Last fall, while documenting the attic of an 18th century house in Delaware, I got really excited when I spotted some carpenter’s marks carved on a set of 18th century rafters. It had been awhile since I had seen any. After discussing their purpose with my colleagues, I got to wondering just how common-knowledge these “marriage marks” are for other old house lovers. So I figured, why not write about them, since I think they are cool?
Simply put, “carpenters marks” are two matched symbols at the joints of timber frame buildings, used during the construction process for a building. Many people don’t realize that timber frame houses (and barns) were usually pre-cut and pre-fitted before they were actually erected. Since framing members were often hewn and fitted off-site, they could get mixed-up during transportation to the building site. This could even be the case when the timber was carved and stored on-site.
So builders would scribe carpenter marks into the individual framing pieces (posts, beams, rafters, braces, joists, or whatever) when a timber frame was being prepared on the ground, so it could be properly reassembled when the house or barn was raised. Framers did this because each joint was slightly unique, “custom-made” so to speak, since they had to carve each one individually. So — like snowflakes — no two joints were exactly alike, and if they mixed up, say, the wrong post with a wrong corner brace, the joints might not fit together properly. To understand how a timber-framed or “post and beam” building fits together, check out the illustration below, which reveals a skeleton of a timber frame house.
There were various methods to connect all of the pieces together, but this was usually accomplished through a “mortise-and-tenon” joint, which was generally “pinned together” with a peg (technically known as a “trenail” or “trunnel,” which is short for tree nail).
You can often spot carpenter’s marks — also called marriage marks (because you “marry” two pieces together), scribe marks, assembly marks, framers marks, craftsman marks, and lots of other things — in the attics of houses or all over the place in barns. Carpenter’s marks were almost always Roman numerals, since the straight lines of Is, Vs, and Xs were far easier to carve than the curves of Arabic 2s, 3s, 5s, 6s, 8s, and 9s. That said, there is a ton of variation of carpenter marks based on time period, location, building type, and the individual preferences of the wood worker.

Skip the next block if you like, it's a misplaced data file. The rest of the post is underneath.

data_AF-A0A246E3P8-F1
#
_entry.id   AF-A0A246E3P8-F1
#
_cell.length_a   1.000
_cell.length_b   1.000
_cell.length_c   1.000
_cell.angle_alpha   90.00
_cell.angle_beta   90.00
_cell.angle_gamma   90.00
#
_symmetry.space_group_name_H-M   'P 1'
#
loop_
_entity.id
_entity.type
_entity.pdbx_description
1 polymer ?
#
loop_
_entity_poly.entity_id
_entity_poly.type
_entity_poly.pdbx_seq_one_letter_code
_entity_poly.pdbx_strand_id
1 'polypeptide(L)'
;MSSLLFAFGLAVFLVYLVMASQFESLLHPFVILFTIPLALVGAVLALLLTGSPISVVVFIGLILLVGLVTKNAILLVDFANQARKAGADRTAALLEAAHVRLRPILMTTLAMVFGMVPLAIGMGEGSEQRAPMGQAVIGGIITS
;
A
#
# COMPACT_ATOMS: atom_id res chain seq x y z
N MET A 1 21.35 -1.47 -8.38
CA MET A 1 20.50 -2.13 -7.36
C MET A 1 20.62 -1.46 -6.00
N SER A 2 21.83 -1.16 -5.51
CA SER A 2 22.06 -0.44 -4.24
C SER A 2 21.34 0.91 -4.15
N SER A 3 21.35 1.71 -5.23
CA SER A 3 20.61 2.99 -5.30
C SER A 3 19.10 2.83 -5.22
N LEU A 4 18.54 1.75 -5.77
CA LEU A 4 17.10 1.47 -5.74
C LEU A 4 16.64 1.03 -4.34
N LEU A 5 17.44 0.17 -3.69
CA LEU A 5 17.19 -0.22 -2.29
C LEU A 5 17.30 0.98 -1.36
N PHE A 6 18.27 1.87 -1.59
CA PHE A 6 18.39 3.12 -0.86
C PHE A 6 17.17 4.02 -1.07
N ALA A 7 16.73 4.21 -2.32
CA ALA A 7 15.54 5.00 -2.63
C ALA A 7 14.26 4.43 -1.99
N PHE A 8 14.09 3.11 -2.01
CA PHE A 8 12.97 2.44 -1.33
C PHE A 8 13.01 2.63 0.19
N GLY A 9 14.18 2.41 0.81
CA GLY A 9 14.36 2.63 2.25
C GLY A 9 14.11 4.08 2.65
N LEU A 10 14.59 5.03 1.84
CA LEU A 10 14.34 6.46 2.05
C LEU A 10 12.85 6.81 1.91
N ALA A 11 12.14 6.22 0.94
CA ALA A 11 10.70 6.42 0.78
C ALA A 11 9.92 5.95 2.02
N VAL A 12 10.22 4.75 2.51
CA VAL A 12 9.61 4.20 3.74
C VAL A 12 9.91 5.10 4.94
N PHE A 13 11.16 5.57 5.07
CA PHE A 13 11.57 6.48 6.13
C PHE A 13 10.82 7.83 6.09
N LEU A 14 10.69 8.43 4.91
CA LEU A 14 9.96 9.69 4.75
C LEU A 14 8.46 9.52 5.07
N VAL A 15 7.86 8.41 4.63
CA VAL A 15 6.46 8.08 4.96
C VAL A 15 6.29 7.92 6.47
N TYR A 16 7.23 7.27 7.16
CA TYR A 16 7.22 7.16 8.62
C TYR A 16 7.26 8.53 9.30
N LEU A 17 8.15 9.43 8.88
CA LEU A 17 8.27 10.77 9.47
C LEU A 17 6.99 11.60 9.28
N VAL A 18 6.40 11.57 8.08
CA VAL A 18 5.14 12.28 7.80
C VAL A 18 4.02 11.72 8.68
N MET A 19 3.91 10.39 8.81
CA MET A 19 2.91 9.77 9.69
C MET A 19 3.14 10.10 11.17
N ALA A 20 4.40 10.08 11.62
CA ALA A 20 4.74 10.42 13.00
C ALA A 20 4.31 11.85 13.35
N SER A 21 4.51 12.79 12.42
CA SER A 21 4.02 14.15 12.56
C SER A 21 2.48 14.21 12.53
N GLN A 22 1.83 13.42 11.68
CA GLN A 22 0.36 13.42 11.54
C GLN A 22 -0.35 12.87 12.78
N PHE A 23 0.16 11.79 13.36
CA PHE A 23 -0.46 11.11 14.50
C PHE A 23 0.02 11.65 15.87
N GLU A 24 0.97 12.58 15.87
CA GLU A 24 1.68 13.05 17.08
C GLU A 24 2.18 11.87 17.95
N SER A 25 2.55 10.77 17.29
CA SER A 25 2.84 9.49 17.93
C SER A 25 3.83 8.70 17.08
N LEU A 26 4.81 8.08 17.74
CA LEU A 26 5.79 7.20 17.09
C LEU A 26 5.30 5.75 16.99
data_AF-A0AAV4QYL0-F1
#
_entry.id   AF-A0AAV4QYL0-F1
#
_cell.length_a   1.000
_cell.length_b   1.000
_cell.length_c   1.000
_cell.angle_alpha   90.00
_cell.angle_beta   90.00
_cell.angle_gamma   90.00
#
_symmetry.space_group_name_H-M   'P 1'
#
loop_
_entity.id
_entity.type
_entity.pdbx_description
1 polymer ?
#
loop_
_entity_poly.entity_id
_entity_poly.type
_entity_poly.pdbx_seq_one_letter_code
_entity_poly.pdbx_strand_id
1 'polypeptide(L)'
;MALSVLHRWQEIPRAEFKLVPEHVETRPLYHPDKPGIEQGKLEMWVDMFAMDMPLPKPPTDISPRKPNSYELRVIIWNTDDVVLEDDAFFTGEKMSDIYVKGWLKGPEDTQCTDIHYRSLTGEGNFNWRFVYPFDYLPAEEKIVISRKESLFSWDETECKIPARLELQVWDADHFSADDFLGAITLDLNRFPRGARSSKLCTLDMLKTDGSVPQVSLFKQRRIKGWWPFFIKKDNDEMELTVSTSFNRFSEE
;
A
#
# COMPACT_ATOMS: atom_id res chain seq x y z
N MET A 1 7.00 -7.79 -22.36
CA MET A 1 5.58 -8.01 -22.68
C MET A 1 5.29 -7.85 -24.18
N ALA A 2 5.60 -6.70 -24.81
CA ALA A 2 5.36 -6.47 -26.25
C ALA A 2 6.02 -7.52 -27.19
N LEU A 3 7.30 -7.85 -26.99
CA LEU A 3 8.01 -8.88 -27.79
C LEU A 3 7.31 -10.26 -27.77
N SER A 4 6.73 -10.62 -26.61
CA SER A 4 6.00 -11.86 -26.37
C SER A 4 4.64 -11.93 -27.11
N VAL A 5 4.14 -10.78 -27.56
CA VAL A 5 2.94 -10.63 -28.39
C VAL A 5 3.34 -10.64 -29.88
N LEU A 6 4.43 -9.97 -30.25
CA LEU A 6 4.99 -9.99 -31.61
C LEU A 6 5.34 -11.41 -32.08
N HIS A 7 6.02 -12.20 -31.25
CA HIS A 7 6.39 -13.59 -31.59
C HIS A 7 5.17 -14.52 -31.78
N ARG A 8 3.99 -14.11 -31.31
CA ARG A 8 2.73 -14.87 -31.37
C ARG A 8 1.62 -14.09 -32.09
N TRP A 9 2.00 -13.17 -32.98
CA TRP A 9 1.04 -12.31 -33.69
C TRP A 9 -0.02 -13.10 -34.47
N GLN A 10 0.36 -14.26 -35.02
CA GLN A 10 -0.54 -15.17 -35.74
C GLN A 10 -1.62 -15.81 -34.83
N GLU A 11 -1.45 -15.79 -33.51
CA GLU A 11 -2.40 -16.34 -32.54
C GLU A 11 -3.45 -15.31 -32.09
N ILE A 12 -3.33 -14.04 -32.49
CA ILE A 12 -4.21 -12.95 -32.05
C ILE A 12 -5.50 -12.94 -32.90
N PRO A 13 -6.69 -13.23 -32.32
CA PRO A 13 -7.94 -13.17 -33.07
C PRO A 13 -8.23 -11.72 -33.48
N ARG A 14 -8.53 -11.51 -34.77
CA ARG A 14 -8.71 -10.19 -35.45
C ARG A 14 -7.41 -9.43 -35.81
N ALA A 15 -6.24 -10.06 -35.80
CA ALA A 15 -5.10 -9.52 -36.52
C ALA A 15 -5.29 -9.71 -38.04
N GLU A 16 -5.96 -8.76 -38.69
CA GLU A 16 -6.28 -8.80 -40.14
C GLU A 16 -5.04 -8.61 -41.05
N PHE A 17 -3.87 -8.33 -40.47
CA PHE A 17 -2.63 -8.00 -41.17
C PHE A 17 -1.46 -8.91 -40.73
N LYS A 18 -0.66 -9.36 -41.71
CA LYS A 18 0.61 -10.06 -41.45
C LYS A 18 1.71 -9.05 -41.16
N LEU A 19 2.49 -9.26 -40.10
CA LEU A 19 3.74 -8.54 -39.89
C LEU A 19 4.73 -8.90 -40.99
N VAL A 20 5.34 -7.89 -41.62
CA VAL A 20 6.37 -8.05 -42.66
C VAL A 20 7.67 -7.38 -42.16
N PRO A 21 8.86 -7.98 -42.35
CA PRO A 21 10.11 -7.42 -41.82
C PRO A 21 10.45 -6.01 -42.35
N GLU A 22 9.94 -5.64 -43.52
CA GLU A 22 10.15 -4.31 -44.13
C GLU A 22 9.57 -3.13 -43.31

One interesting thing I recently learned was that the Roman numeral system was altered for “4”s. Rather than a IV or IX, carpenters usually carved IIII (see above) or VIIII. I first noticed this when a classmate of mine, Karli Wurzelbacher (a doctoral student at University of Delaware’s art history program), pointed out an example of this in the attic of the famous Hancock House, an 18th century Quaker house in Salem, New Jersey (see below). When I researched it, I learned the reason for this was to avoid confusion with VI and IV (which doesn’t quite makes sense) or XI and IX (makes a lot more sense) when reassembling a frame on site. Pretty cool. [A reader has since pointed out that clocks from the same period also display the Roman 4 as IIII, which is an interesting point!]
Carpenters marks were etched into the wood using a chisel, scribe, or knife, or even a scratched in with a saw. The marks were most common before 1830 or so, though I’ve seen them on many later buildings. I’m not a carpenter and my understanding of building methods is limited, but the basic reason for their disappearance was that timber framers transitioned from “scribe rule” construction to “square rules” — meaning marriage marks for individual joints were unnecessary since joints were now cut in a more standardized, universal way (previously, each and every joint had to be carved to fit its matching piece individually, one-by-one). Also, writing in pencils and other writing devices were increasingly used in lieu of carving numbers. With houses especially, during the mid-1800s there was a shift from post-and-beam construction to building with smaller 2x4s and nails. So obviously, there was no longer a need for complicated joinery when you could simply nail two boards together.
A few more examples: A barn in Hockessin, Delaware:
An 18th century Cape Cod in Mansfield, CT:
A barn at Penn Farm in New Castle, Delaware:
Carpenters marks should not be confused with “tally marks,” which would be carved into flat boards to keep track of lumber (see below), or “layout marks,” used to mark where joints should be or pegs should be drilled, or “level” marks, which were used to make sure a building was level and square. Also similar are “ritual marks,” also called hex marks, anti-evil marks, etc., which were carved into the timbers of old buildings to ward off evil or protect against bad luck. Also, I saw some antique chairs at the historic house museum “Stenton” (in Philadelphia) that were carved with Roman numerals, as well (see below, below), presumably to number a set of matching chairs. Maybe I’ll write a separate posting soon about these other interesting marks!
Talley mark in a granary building at Poplar Hall in Delaware:
Antique chair at Stenton: